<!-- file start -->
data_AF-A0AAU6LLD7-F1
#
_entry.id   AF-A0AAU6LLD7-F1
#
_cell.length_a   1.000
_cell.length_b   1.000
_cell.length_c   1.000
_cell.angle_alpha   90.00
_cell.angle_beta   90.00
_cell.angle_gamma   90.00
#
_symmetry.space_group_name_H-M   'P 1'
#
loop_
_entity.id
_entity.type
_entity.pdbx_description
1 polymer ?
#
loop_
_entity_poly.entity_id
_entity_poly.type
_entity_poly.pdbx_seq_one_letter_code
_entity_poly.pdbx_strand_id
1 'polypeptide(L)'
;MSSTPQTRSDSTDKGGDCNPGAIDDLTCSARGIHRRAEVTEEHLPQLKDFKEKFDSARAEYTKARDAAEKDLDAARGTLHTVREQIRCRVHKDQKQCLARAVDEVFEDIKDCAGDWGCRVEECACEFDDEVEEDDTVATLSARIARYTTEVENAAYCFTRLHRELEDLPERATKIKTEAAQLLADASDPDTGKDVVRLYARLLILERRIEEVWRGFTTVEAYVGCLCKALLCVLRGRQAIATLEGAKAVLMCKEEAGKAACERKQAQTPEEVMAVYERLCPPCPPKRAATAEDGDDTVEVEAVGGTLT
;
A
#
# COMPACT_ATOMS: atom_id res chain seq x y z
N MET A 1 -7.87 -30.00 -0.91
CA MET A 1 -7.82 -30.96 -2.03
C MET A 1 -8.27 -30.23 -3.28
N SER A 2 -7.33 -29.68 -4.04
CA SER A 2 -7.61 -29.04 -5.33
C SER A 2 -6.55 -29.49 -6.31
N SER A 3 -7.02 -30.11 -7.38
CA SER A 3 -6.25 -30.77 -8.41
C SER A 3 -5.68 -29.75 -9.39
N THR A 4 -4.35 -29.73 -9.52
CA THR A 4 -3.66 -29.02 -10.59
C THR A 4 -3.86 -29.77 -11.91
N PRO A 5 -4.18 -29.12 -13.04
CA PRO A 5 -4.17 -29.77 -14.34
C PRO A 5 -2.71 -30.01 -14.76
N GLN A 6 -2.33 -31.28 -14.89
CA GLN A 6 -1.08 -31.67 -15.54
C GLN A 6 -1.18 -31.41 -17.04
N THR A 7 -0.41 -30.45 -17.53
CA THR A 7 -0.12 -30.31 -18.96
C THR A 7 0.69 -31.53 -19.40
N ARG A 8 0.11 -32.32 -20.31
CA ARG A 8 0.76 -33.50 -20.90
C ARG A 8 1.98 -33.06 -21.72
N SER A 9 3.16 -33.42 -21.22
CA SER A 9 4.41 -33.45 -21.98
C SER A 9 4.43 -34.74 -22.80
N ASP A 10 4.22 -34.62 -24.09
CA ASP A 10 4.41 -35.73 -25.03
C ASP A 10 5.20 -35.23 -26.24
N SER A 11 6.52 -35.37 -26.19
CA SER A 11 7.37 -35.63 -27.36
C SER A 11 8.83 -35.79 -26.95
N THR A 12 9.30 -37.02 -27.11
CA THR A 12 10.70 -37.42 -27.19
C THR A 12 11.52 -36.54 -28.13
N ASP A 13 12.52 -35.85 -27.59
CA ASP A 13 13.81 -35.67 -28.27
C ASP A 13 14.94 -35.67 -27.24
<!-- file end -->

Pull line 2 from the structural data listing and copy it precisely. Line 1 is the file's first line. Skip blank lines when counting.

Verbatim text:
#